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No. 6 Duke 66, Virginia Tech 48

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Duke handles overmatched Hokies 66-48

  • http://media.charlotteobserver.com/smedia/2014/02/25/20/50/E8shP.Em.138.jpeg|343
    Chuck Liddy - cliddy@newsobserver.com
    Duke forward Jabari Parker (1) gets fouled by Virginia Tech forward Trevor Thompson (32) in the first half of play.
  • http://media.charlotteobserver.com/smedia/2014/02/25/20/50/1i9nxi.Em.138.jpeg|221
    Chuck Liddy - cliddy@newsobserver.com
    Virginia Tech guard Will Johnston (25) tries to call a timeout as he gets tied up by Duke forward Amile Jefferson (21) and guard Rasheed Sulaimon (14) in the first half of play
  • http://media.charlotteobserver.com/smedia/2014/02/25/20/50/Romn8.Em.138.jpeg|327
    Robert Willett - rwillett@newsobserver.com
    Duke's Jabari Parker (1) celebrates a three point basket by teammate Rasheed Sulaimon (14) and a large early lead over Virginia Tech Tuesday.

DURHAM Playing the last-place ACC team three days after playing the squad ranked No. 1 in the nation comes with challenges.

“I mean, it’s tough,” Rodney Hood said of getting up to play Virginia Tech (9-18, 2-13 ACC) after spending last week in tight, emotional games with North Carolina and Syracuse.

The Blue Devils were winded at times and dragged heavy legs around during their 66-48 win against the Hokies on Tuesday night – a win that clinched a double-bye into the ACC tournament quarterfinals – Hood and Jabari Parker said. Those were the byproducts of the four-games-in-eight-days stretch that ran from Saturday to Saturday.

They found no sympathy from the coaching staff – in fact, Mike Krzyzewski was on their case even earlier in the night than normal.

After seeing a lackluster warm-up about 90 minutes before the game, Krzyzewski took his players off the floor and back into the locker room and gave them a tongue-lashing.

With a renewed focus, the No. 6 Blue Devils (23-6, 12-4) took the floor and carried that spark through the first 10 minutes of the game as they built a 24-4 lead.

Through 12 minutes, the Hokies had more turnovers (five) than points (four). Duke’s defense was so air-tight early on that the Hokies struggled just to get shots up, starting 2-of-13 from the field. It takes time getting used to Krzyzewski’s verbal delivery method, Sulaimon said. When asked if he became acclimated to it sometime last season, he half-laughed and said that came this season.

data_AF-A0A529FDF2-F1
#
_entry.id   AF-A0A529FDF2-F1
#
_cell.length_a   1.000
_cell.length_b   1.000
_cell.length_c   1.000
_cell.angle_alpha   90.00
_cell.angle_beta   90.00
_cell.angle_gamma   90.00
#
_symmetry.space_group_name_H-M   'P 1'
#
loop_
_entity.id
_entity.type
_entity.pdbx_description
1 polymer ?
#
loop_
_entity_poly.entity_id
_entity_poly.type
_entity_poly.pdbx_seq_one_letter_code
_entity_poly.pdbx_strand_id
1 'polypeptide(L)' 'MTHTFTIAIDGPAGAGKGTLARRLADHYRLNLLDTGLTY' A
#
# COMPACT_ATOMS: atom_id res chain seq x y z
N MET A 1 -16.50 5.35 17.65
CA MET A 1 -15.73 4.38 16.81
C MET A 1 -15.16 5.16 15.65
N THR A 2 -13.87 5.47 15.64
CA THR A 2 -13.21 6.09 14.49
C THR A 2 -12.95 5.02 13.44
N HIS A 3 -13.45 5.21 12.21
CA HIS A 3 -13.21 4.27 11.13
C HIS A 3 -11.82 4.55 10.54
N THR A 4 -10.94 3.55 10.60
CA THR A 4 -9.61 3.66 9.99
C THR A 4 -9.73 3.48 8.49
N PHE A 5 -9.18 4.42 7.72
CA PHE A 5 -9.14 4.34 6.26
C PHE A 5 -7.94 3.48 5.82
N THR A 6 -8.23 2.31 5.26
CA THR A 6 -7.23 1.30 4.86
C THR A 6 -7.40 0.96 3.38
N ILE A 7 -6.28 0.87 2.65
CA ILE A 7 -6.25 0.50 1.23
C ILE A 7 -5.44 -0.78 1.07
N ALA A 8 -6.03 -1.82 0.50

“We can’t just listen to the language or the volume of it, we just have to listen to the message,” Sulaimon said. “You just have to trust the people that are giving you constructive criticism. There’s no better person to trust than Coach K. You can’t really listen to how he’s saying it, you just have to listen to what the message is.

“It takes a lot of getting used to, but once you fully buy in and trust, it’s pretty easy.”

To the Hokies’ credit, they didn’t pack it in when nothing was going right early in the game. With Duke leading 24-5, Virginia Tech went on a 12-2 run, thanks to a 7-0 personal run from C.J. Barksdale, who chased Josh Hairston off the court just three possessions after he entered. Hairston’s final act in his two minutes was to heave an airball – it’s been a rough stretch for the senior captain, who has only played in two of Duke’s past five games, for seven minutes, total.

Tired legs affected Duke’s ability to hit shots. The Blue Devils shot 36.1 percent form the field in the first half and 38.7 percent for the game. Virginia Tech actually shot at a better clip than Duke in each half, but Duke’s 14 offensive rebounds helped negate that edge.

The Hokies, dealing with injury issues on top of general talent issues, were just too overmatched, and Duke led by double digits for the last 13:10 of the game.

Krzyzewski compared playing Tuesday night to squeezing the last little bit out of the end of a tube of toothpaste, pushing and coaxing out all the tube as to give. That’s what the Blue Devils did, and now their reward is a seven-day break from games.

Krzyzewski had said earlier in the week he would like to get the Blue Devils two days off during that stretch, but he also said the team needed to review game film closer now that they don’t have another opponent to prepare for immediately.

“Coach might say two days off, but after you watch tape,” he said, “it might go down a little bit.”

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